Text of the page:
Most important non-financial factor in company valuation is IR, shows research

Nov 23, 2021
Iridium Advisors’ algorithm breaks down valuation drivers at 750 banks across 96 countries

Is your company fairly valued? What factors drive that valuation? And what steps could you take to achieve a fairer valuation? These are just some of the questions being answered by Iridium Advisors’ artificial intelligence (AI) algorithms.

The Dubai-based IR firm last year published the first report on its research, with the finding that professional IR was adding up to a quarter of the value at banks in the Gulf Cooperation Council (GCC) region. Now Iridium has published a new paper on its findings, again highlighting the real value of IR.

Its latest paper, How machine learning can unlock shareholder value, which again focuses on banks, assesses 10 mn data points and more than 30 explanatory variables for 750 banks from 96 countries. The results point to high-quality investor relations as the most important non-financial metric impacting company valuation.

‘We found the most important individual factor in the prediction of the price-to-tangible-book-value (P/TBV) was the non-performing loans ratio, which explains 7.2 percent of valuations in aggregate,’ write the report authors. They add that this is perhaps not surprising given the fact that non-performing loans ‘are a key risk metric for banks that investors typically scrutinize in depth, especially in the current market environment. In relation to non-financial factors, investor relations quality is most important, explaining 5 percent of P/TBV variability.’

Other non-financial factors of notable importance include strong credit ratings, ‘which are typically viewed more as drivers of debt pricing’ but which are ‘surprisingly’ also ‘important determinants of equity valuations’. Finally, MSCI country classifications are the third-most important non-financial factor, says Iridium.

‘This kind of insight can be [used] by company management and the investor relations team to focus their investor communications on the most important performance indicators to ensure the market fully understands them, thereby promoting fair valuation of their stock,’ write the report authors.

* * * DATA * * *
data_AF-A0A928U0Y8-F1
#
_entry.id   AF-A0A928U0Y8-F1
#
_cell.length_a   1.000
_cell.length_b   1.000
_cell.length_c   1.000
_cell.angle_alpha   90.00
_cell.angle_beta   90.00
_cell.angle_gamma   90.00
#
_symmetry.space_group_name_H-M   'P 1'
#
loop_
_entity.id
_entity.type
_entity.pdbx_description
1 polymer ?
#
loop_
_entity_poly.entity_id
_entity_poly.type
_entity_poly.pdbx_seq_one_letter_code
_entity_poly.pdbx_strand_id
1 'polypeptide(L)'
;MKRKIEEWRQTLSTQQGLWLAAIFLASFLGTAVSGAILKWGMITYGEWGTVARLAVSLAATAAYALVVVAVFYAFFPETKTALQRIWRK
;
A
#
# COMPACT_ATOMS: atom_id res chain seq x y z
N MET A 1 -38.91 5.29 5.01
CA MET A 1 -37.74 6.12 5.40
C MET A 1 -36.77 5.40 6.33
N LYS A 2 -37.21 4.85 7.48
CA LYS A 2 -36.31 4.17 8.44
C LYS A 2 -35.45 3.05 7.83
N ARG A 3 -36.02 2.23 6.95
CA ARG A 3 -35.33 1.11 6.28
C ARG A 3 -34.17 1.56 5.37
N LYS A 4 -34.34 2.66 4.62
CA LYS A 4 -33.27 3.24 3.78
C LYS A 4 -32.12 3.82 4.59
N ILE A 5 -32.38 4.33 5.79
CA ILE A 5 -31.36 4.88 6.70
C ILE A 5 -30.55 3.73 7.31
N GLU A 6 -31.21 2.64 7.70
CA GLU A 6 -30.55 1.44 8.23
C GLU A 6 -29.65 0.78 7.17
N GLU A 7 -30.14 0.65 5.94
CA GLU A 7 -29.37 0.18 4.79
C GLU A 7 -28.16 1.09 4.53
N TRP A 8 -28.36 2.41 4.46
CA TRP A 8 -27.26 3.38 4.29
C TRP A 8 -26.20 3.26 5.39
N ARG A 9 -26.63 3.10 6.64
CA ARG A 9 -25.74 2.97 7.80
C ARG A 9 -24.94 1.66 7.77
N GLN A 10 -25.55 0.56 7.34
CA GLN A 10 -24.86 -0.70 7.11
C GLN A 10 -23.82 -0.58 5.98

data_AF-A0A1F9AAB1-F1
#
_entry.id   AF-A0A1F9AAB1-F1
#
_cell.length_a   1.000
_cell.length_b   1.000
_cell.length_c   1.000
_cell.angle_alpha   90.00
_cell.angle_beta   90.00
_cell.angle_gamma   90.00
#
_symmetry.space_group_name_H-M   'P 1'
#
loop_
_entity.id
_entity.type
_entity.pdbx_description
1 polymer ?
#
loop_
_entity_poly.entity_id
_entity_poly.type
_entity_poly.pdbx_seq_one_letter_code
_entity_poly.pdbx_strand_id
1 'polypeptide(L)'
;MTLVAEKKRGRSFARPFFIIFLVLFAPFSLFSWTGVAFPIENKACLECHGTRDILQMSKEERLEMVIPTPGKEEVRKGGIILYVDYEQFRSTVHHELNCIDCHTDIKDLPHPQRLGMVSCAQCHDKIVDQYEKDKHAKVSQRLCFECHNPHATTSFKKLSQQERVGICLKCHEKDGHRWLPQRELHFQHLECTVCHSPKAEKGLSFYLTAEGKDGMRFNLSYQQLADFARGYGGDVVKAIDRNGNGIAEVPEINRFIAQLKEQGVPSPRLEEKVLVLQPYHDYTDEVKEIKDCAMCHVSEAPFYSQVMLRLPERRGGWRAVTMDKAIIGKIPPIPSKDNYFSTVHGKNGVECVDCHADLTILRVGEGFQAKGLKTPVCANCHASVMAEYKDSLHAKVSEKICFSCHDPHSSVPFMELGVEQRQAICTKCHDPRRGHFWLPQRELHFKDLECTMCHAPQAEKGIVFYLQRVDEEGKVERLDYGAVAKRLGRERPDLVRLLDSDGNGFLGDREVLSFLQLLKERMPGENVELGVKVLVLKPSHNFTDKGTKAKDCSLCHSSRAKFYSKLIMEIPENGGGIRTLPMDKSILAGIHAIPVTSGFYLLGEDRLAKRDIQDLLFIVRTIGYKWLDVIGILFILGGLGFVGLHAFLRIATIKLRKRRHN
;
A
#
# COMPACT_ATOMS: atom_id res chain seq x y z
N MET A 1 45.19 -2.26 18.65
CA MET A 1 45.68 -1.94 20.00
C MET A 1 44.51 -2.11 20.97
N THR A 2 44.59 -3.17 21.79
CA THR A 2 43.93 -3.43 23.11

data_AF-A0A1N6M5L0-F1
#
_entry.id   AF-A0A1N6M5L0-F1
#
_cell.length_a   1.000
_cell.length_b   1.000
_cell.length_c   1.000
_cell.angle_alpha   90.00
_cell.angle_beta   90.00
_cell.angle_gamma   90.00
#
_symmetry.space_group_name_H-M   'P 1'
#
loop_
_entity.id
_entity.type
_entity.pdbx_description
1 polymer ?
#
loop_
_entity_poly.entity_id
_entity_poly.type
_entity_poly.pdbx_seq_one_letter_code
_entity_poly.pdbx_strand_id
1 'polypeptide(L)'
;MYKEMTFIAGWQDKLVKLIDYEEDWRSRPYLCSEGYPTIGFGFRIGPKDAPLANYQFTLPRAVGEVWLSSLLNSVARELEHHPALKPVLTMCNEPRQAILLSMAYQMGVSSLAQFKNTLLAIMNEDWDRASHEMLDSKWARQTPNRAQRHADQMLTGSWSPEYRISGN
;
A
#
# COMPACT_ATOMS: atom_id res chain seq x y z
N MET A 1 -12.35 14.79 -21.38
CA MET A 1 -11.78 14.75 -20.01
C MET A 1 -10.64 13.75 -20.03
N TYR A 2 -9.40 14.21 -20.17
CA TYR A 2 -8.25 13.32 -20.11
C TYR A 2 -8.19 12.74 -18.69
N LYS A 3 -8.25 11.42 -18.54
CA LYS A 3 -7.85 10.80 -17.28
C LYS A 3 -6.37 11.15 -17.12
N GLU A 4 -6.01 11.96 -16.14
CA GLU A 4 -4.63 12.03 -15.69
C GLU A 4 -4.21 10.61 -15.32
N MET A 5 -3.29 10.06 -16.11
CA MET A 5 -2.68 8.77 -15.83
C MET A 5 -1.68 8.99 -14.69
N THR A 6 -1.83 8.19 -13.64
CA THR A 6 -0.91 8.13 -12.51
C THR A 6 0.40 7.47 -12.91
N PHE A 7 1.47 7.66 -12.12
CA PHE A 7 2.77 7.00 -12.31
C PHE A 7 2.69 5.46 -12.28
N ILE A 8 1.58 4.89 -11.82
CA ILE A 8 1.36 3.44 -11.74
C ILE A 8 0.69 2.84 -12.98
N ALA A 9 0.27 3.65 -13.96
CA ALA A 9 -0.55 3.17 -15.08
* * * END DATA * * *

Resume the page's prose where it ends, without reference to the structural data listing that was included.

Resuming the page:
Bank for bank

The paper offers a real-world example, looking at two banks in the GCC region, examining whether each bank is fairly valued and digging into the factors affecting valuation. First up, Iridium offers National Bank of Kuwait (NBK), looking at the stock in Q2 2021. The firm’s AI models accurately predicted NBK’s valuation – or, as it points out, the bank is fairly valued.

It also notes that most of NBK’s value drivers are positive. These include:

Company-specific effect – A persistent company-specific premium, which Iridium says ‘is reflective of a strong management track record and bank franchise’

Country effect – The country in which the bank operates, which currently attracts a valuation premium

Long-term credit rating – The company’s valuation benefits from a strong, long-term credit rating

Size effect – At this point in time, investors are paying a premium for larger banks.

For Bank Dhofar, based in Oman, Iridium says the bank appeared undervalued at the time of the research, ‘with a 15 percent delta between actual and predicted P/TBV’. It highlights a number of factors bringing down the valuation, including:

Company-specific effect – A persistent company-specific discount is reflective of perceptions of a weaker management track record and bank franchise

Country effect – The country in which the bank operates currently attracts a valuation discount

Long-term credit rating – The company’s valuation is negatively impacted by its slightly below ‘average’ credit rating

Size effect – At this point in time, investors are paying a discount for smaller banks.

So what should these banks – neither of which is a client of Iridium’s – do with this information? ‘For NBK, the focus should be on defending its premium valuation and continuing its efforts to maintain its strong credit rating and improve its IR quality in an ever-changing capital markets landscape,’ writes the firm.

‘For Bank Dhofar, several opportunities exist to improve the valuation, including upgrading its IR capability, improving its communication efforts to build credibility in its track record, and optimizing its financial strategy.’

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